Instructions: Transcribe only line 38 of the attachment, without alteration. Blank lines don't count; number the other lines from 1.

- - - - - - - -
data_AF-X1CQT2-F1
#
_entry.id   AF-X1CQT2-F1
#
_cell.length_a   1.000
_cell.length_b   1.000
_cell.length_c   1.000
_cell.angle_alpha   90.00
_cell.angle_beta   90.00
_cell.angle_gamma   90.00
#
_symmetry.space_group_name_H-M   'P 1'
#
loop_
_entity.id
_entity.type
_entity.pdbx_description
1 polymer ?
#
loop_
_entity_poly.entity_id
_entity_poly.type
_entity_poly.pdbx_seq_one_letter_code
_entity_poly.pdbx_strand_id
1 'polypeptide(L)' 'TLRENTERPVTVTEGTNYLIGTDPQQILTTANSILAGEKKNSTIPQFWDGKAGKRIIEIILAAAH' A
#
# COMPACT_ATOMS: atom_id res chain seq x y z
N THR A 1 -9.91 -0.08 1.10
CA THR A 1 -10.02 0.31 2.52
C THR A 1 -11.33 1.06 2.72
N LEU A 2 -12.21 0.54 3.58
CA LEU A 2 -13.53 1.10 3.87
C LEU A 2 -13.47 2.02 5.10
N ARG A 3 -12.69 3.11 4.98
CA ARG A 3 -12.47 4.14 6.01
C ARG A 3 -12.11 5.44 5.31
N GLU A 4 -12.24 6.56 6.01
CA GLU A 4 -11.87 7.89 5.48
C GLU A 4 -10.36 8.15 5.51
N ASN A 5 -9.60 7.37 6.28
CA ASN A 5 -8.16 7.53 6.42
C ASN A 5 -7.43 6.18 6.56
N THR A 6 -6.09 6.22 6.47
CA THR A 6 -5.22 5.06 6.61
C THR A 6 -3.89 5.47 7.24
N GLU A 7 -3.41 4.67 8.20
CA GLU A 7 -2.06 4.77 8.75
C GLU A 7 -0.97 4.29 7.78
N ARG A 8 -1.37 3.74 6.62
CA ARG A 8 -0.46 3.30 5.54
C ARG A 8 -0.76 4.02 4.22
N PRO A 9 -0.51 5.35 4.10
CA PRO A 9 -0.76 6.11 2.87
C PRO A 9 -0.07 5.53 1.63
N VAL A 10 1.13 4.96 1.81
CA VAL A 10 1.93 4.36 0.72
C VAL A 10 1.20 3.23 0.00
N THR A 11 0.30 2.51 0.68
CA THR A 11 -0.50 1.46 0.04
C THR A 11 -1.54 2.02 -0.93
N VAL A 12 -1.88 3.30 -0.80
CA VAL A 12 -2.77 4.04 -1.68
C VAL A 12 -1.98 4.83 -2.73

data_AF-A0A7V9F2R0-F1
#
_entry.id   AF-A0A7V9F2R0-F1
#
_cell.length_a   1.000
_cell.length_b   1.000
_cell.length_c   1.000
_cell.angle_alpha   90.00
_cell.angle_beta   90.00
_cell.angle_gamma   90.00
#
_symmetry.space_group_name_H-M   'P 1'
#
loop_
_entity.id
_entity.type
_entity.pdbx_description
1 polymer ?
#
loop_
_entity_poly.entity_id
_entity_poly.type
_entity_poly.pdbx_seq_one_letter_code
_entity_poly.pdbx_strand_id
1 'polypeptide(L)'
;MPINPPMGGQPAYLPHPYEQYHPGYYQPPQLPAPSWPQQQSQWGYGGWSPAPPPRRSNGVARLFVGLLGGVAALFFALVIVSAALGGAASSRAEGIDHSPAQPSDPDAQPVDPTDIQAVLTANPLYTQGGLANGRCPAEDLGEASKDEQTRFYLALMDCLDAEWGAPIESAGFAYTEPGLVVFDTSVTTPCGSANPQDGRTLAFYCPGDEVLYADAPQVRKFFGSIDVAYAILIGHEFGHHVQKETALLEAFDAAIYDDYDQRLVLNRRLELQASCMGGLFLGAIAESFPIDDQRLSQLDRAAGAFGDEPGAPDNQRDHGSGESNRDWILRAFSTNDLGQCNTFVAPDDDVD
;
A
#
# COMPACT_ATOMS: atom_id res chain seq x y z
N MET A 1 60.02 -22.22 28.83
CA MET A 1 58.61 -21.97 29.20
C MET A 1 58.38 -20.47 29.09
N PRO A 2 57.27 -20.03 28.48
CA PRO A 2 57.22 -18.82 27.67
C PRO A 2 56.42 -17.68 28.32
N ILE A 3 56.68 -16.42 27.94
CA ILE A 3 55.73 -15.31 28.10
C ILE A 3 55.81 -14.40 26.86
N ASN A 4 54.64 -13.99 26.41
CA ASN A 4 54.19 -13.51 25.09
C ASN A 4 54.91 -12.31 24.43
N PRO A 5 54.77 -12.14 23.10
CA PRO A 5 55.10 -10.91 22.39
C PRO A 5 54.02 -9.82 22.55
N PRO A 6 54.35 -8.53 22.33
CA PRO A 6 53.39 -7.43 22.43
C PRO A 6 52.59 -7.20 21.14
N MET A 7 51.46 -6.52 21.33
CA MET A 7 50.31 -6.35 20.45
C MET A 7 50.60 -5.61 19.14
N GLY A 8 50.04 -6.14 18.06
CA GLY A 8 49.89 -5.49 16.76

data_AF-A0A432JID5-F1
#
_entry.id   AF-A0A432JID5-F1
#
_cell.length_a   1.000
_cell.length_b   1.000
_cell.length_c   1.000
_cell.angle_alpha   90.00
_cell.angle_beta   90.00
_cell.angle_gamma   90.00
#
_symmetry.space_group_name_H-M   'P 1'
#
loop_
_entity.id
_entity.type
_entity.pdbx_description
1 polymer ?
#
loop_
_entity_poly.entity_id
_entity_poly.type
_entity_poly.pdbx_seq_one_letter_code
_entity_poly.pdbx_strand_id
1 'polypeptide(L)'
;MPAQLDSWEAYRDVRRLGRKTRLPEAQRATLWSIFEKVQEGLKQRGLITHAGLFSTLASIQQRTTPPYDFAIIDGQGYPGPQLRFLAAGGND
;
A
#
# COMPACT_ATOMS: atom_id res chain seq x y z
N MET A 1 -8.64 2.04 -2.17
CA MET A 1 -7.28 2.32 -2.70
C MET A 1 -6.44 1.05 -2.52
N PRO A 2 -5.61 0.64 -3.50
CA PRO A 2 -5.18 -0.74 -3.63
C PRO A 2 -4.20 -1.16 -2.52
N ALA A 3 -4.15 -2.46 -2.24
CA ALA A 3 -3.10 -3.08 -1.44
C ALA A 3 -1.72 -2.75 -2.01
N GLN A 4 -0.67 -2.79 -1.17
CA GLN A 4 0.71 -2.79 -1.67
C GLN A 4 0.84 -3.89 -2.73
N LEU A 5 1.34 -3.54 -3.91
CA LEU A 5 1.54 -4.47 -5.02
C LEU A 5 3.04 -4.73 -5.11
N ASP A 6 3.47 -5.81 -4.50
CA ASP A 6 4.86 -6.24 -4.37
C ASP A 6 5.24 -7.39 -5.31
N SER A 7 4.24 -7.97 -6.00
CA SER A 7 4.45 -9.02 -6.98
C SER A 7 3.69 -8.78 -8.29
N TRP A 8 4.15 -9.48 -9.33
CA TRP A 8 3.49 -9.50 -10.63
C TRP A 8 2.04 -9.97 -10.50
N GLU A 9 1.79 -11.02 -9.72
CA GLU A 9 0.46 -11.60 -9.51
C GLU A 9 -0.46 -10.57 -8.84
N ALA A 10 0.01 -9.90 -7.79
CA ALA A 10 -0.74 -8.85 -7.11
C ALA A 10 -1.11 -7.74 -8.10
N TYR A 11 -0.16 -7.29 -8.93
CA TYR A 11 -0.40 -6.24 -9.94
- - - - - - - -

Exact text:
CA GLU A 4 -11.87 7.89 5.48